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ctt-journal > Korovina et al. (Abstract)

Korovina et al. (Abstract)

Cellular Therapy and Transplantation (CTT), Vol. 3, No. 12
doi: 10.3205/ctt-2011-No12-abstract85

© The Authors. This abstract is provided under the following license: Creative Commons Attribution 3.0 Unported

Abstract accepted for "5th Raisa Gorbacheva Memorial Meeting Hematopoietic Stem Cell Transplantation in Children and Adults", Saint Petersburg, Russia, September 18–20, 2011

Preliminary Program

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The selection of an optimal method of umbilical cord blood sample preparation for transplantation

Kseniya V. Korovina, Alexandrina S. Khrupina, Kseniya V. Shunkina, Alexander B. Smolyaninov

Research laboratory of cell technologies of the North-Western State Medical University named after I.I. Mechnikov, St. Petersburg, Russia; "Stem Cell Bank Pokrovsky", St. Petersburg, Russia

Correspondence:Alexander B. Smolyaninov, "Stem Cell Bank Pokrovsky", Bolshoi Prospect Vasilevski Ostrov 85, St. Petersburg, 199106, Russia, E-mail: stemcellbank@spam is badinbox.ru

Abstract

Purpose: The purpose of this study was to determine the optimal method for cord blood sample preparation for transplantation in certain conditions in hematology.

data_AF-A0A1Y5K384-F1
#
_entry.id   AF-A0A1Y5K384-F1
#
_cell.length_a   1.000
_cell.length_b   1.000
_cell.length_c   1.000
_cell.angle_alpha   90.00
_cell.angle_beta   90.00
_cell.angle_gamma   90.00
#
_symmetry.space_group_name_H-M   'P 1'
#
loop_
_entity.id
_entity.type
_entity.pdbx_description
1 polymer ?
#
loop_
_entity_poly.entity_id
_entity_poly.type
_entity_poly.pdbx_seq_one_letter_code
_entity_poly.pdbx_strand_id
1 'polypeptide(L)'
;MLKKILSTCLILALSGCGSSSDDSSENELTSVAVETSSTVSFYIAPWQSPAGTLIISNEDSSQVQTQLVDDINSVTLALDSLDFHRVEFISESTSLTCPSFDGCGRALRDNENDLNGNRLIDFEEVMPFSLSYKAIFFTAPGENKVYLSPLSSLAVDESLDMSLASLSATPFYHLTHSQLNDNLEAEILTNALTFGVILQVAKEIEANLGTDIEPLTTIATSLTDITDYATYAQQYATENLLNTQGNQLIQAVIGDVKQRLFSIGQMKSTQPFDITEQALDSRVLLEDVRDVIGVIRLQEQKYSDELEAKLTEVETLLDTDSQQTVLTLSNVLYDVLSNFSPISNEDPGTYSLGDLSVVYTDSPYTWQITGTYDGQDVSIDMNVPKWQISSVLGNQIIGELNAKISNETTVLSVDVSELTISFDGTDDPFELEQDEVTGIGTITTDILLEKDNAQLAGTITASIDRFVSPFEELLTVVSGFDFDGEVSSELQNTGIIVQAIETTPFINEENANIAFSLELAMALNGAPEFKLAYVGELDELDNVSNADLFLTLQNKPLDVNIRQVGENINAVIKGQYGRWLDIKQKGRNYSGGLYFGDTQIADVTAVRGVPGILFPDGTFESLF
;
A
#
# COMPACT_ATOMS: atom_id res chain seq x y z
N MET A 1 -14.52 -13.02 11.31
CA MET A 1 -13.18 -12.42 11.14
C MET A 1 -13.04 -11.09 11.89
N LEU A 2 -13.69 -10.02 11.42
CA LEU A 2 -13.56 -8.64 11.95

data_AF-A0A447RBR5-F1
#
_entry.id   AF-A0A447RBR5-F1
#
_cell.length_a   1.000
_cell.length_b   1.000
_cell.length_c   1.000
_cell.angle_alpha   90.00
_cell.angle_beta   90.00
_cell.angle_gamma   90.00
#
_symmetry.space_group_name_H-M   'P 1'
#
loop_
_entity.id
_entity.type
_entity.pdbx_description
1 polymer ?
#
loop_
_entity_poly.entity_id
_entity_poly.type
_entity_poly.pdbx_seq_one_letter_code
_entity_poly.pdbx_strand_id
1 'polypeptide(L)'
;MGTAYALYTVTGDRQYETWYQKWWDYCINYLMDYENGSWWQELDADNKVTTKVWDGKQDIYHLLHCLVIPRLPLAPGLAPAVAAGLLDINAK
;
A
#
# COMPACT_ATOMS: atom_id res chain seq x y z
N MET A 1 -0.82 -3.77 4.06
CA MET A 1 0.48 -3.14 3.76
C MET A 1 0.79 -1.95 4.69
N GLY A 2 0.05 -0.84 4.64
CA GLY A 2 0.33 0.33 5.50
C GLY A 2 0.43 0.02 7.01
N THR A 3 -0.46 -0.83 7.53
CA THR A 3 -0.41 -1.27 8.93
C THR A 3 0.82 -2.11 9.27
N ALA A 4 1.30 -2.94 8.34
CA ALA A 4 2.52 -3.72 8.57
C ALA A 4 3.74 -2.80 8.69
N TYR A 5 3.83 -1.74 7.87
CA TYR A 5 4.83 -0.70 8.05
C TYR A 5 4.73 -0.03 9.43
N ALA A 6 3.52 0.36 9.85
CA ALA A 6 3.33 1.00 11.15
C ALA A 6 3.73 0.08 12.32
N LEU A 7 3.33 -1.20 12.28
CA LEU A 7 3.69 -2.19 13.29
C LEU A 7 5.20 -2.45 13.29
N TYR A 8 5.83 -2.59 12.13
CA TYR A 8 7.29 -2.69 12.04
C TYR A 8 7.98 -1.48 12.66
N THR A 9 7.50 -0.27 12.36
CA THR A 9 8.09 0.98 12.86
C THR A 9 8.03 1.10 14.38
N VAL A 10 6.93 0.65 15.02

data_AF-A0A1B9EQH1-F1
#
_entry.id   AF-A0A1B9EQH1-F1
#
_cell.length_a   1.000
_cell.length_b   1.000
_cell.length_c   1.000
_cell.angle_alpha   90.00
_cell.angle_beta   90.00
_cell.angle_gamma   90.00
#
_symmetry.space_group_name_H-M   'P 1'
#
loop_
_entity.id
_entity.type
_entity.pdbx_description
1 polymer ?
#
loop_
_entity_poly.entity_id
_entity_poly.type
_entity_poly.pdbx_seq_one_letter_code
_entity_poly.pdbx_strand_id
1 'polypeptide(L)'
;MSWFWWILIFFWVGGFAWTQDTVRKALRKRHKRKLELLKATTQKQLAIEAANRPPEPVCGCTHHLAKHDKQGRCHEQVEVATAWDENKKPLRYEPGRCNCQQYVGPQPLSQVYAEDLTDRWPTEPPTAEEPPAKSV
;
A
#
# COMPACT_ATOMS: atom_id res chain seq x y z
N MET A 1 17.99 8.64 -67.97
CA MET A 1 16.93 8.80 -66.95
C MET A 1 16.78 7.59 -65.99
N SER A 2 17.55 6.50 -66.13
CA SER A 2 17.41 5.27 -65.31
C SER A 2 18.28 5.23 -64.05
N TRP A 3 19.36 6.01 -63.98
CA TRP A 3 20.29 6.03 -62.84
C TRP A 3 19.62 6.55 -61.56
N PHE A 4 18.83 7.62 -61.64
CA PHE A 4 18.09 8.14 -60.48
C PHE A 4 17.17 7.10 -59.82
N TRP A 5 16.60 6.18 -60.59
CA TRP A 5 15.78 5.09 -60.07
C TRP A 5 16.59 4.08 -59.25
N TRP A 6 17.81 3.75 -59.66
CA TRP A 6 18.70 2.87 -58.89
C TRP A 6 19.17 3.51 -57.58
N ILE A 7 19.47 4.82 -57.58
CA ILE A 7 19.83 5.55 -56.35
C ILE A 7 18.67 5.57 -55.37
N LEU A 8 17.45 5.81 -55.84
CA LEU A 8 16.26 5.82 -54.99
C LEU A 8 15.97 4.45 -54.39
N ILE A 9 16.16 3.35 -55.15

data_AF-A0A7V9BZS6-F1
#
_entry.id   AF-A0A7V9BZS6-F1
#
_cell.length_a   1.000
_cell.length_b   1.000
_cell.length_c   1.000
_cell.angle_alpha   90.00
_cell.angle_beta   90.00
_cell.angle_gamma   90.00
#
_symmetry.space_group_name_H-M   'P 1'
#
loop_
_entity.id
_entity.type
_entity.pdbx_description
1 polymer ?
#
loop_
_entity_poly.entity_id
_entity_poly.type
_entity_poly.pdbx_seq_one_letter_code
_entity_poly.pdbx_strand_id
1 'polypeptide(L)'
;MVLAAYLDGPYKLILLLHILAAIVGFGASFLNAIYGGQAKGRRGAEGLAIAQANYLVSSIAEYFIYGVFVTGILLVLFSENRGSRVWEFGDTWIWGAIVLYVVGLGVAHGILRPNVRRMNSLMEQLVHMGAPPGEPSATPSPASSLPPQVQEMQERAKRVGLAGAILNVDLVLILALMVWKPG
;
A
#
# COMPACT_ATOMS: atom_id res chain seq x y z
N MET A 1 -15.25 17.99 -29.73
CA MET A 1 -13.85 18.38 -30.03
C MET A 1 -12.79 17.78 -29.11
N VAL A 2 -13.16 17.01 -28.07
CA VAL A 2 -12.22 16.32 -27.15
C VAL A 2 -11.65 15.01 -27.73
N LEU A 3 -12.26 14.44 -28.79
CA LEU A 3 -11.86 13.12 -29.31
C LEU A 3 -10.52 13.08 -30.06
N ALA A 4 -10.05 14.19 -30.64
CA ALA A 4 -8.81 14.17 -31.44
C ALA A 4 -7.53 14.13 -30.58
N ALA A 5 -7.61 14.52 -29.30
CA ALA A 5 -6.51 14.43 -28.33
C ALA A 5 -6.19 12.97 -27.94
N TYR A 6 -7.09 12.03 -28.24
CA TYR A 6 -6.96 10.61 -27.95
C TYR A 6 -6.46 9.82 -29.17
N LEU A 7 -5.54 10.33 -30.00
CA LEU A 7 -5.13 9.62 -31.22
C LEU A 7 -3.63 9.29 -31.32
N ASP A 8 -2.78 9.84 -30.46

Materials and methods: Seventy-seven cord blood samples collected during delivery and before the delivery of the placenta were processed by two methods: double centrifugation (using Rotanta 460RS, Hettich, Germany) (n=38) (group M) and automatic separation (using Sepax S-100, Biosystem, Switzerland) (n=39) (group S). After processing, the samples were stored in liquid nitrogen at -196°C. Once removed from storage the samples were divided into three subgroups, depending on the thawing method: dilution and manual washing from DMSO (subgroup A), automatic thawing and washing using Sepax S-100 (Biosystem, Switzerland) (subgroup B), and without washing (subgroup C). The number of nucleated cells per milliliter (TNC/ml) was the parameter for efficient separation and thawing. The measurements were performed using the Beckman Coulter FC500 flow cytometer (Beckman Coulter, USA). The cell yield was calculated by the number of TNC/ml before cryopreservation.

Results: After thawing, the yield of cells in group M was: 25.7±7,88 TNC/ml (74%), 39.6±2.44 TNC/ml (85.99%), and 45,7±0.44 TNC/ml (92.78%) in subgroups A, B, and C respectively. The yield of cells in group S was 29.48±10.26 TNC/ml (82.47%), 41.57±11.10 TNC/ml (88%), and 48.95±25.63 TNC/ml (98.76%) in subgroups A, B, and C respectively.

Conclusions: The data obtained shows that the best yield of cells after thawing is provided by the absence of washing. If the decision is made to wash the cord blood sample for the prevention of adverse toxic effects of DMSO, the use of an automatic separator will be the most effective.

Keywords: umbilical cord blood, thawing, separation, nucleated cells, cryoprotectant